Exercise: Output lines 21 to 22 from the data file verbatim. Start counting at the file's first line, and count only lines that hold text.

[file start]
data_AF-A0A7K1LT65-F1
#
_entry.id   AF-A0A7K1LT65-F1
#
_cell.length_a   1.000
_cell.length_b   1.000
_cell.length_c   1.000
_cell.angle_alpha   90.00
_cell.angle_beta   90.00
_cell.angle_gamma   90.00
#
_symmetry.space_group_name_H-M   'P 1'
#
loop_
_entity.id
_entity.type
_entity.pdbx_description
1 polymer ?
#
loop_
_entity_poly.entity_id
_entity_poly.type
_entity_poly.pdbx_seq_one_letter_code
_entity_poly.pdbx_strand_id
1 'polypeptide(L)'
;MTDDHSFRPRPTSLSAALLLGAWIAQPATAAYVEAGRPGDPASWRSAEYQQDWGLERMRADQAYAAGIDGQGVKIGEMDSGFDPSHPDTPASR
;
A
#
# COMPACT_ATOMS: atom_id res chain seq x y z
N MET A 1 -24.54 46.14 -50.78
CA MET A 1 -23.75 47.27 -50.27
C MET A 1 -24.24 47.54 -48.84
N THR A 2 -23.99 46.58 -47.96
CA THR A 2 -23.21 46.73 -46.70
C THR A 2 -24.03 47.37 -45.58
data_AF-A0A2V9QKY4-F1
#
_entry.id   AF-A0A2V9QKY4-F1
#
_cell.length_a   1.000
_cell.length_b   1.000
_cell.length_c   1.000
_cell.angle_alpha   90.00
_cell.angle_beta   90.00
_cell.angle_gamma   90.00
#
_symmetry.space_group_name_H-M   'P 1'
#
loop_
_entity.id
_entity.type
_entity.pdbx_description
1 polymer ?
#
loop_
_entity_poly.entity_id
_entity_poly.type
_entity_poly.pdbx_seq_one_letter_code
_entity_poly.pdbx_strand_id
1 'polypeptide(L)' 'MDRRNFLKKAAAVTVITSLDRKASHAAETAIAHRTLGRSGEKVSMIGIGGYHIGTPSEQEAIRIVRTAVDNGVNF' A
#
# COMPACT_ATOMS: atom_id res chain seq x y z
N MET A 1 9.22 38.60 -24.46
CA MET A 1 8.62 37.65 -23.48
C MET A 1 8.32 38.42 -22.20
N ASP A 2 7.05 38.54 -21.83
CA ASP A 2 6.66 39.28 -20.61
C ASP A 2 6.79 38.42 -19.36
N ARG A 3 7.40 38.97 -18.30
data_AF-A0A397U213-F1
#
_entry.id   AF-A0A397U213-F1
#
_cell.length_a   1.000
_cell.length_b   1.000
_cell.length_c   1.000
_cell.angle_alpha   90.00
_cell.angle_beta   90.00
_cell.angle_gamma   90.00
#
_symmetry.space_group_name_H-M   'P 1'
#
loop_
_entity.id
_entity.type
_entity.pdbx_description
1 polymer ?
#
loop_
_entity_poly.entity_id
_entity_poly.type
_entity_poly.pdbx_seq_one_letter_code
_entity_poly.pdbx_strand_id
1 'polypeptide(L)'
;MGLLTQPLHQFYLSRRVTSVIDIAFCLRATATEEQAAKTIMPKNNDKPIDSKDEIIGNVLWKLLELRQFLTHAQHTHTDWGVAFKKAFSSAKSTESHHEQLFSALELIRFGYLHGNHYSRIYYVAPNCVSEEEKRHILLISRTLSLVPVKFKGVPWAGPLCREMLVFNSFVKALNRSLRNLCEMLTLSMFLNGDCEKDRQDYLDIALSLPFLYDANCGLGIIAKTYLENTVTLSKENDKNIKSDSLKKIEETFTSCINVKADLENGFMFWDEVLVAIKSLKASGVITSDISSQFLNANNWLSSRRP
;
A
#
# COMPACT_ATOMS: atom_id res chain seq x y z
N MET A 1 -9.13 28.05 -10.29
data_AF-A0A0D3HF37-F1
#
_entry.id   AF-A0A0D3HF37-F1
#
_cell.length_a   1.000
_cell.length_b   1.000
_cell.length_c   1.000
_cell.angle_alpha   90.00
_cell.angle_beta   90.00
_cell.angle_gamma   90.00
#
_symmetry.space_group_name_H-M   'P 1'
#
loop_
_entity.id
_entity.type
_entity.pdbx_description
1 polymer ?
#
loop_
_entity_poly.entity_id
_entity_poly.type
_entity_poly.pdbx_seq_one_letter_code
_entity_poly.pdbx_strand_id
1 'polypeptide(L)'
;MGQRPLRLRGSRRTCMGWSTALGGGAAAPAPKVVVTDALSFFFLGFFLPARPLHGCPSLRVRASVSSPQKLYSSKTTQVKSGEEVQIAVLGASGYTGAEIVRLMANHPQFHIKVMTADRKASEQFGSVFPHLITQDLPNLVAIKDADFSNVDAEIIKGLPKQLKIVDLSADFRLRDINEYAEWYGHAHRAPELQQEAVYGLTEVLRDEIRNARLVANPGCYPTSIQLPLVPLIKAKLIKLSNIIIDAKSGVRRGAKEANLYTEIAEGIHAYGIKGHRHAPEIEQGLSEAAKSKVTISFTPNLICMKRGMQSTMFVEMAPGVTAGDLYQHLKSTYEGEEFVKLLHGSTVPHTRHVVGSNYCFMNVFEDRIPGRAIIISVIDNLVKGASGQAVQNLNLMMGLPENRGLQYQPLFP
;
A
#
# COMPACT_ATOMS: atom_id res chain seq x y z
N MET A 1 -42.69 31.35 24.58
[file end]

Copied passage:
_entity_poly.entity_id
_entity_poly.type